projects are compared, which projects are equal?". Which is not
something most people will even think about.

Why not?  Of course they will.

That has never come up in several years.

Besides, the question about what exactly is a "project instance" is
relevant in many places in the package, just look how many doc strings
mention that phrase.

Saying that is a cons (and even giving an example), does nothing to address that question. This seems to be the main issue you fail to understand here.

And even answering that question for the project-vc case doesn't give
you a general answer. I don't see how you are content with only having
that answer for a special case anyway.

That's the only case that we have for now, so it's highly relevant and

Two built-in cases. One case in Stefan's backend which you have never seen. Some backends out there, either existing or future ones.

But you need to be able to reason about all of them.

Perhaps if someone else said "I wanted to do a (valid thing X), couldn't
understand how to do it, and this piece of information would have made
it easier"?

No such declarations so far.

Since when we write documentation only when someone asks a question?

You are refuting something I haven't said.

Documentation is supposed to be proactive, it should answer the
important questions before they are asked.

Exactly. The important ones.

Documentation should strive to serve different ways of studying and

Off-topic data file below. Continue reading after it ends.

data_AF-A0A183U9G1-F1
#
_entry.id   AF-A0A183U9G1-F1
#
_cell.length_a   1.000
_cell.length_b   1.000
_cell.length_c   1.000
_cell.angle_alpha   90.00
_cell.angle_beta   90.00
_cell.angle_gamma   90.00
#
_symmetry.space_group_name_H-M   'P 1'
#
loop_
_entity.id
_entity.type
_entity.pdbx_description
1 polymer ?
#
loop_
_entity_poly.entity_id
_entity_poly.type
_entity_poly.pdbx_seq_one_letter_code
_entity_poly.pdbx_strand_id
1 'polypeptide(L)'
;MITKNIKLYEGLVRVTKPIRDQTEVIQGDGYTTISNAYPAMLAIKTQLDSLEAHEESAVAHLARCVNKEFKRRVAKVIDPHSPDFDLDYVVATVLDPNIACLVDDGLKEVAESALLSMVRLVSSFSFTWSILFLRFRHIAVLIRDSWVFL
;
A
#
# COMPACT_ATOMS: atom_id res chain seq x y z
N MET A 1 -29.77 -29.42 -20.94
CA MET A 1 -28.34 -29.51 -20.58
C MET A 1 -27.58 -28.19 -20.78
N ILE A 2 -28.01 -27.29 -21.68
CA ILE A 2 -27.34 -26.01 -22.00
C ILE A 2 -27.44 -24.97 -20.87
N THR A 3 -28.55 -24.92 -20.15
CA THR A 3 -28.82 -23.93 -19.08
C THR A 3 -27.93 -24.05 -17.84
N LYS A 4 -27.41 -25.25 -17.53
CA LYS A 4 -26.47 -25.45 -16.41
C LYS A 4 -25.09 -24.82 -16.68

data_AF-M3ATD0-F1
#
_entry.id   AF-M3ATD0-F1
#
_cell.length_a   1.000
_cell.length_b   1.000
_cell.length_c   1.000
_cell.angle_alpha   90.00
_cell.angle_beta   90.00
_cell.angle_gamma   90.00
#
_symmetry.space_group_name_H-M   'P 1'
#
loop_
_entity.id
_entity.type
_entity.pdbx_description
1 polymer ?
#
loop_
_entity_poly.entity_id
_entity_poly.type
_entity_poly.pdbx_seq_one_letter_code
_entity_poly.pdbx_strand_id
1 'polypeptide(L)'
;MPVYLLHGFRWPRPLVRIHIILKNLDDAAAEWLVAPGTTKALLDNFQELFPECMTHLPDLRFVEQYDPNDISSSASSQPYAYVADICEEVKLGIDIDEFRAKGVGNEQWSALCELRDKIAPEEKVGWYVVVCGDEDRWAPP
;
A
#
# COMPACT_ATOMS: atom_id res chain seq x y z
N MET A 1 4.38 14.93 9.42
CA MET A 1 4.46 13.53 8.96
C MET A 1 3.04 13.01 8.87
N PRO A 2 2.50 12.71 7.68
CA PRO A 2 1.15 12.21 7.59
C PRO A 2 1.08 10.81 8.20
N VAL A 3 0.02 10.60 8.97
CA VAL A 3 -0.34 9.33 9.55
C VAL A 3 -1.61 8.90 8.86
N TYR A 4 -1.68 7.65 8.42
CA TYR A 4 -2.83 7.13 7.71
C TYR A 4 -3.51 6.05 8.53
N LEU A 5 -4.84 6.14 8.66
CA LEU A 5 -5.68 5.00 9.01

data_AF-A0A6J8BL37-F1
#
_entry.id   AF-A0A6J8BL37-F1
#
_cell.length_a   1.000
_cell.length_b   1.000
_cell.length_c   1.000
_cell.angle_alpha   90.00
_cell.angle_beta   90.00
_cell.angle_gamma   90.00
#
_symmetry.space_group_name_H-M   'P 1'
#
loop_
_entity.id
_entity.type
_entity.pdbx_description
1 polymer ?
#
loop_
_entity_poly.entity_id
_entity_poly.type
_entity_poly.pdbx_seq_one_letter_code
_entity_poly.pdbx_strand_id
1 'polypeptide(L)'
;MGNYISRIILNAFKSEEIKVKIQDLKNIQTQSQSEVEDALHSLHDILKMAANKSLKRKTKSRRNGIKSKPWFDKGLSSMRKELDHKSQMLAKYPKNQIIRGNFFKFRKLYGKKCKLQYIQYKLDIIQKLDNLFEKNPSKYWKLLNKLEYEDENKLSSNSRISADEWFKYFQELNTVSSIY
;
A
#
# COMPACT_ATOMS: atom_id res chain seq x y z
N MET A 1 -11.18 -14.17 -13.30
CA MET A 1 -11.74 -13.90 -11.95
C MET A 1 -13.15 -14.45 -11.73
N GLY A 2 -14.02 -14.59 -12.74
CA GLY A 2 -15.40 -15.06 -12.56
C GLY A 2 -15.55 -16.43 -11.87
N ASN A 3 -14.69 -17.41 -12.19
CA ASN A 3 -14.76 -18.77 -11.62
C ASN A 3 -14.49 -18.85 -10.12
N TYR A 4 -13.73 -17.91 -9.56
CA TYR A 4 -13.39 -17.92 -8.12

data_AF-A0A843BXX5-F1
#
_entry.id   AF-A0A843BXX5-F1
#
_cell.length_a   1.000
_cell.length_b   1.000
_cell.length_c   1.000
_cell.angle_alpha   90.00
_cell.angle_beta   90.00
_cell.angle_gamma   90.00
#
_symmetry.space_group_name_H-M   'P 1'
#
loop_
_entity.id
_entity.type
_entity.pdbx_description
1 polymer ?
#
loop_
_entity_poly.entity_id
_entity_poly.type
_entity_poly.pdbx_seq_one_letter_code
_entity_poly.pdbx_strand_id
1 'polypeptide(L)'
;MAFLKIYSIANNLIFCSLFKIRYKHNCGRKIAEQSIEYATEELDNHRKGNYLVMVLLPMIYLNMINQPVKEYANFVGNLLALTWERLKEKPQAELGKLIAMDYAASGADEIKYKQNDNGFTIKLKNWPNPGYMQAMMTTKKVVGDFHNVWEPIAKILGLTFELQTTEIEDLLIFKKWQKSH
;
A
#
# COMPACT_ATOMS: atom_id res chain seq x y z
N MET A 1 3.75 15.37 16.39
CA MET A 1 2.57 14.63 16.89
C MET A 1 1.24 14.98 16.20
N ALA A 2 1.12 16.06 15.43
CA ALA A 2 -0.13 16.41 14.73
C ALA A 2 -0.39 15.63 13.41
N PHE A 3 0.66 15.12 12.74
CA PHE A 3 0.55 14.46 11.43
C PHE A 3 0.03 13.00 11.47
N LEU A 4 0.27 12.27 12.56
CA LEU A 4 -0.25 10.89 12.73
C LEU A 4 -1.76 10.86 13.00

developing Emacs, not just a single way that you personally think is
The (only) Right Thing.

I already said you can add code comments. Preferably somewhere which is
not the main entry point of the API.

I'm sure you understand how low is my motivation to do any work on
documenting project.el.

Whatever your motivation is, saying I object to any and all documentation is false.

Look what happened last time: I improved
several doc strings, and suddenly I have a dispute that lasts for a

I accepted your multiple edits, and changed a couple of functions and descriptions myself to better support your personal goals.

And I removed a couple of sentences you wrote. Which you have been unable to leave alone, or accept my perspective.

and ends up accusing me in all the sins on Earth, including
that I cause contributors to flee and don't understand the code I'm
reading.  I'm only human, and have a busy schedule; unpleasant jobs
get pushed back and delayed.

There is no hurry.

Once again: concealing information because someone could be silly
enough to misuse it punishes many valid uses on behalf of a few
invalid ones.

Which valid uses, though?

Any and all of them.

That's vague.

And even when writing documentation for professional programmers, it is
always considered a good taste to structure it so that it encourages
writing good code, and discourages writing bad one.

We encourage writing good code, but not through hiding important

Having private/undocumented functions and variables is a common practice even in our project.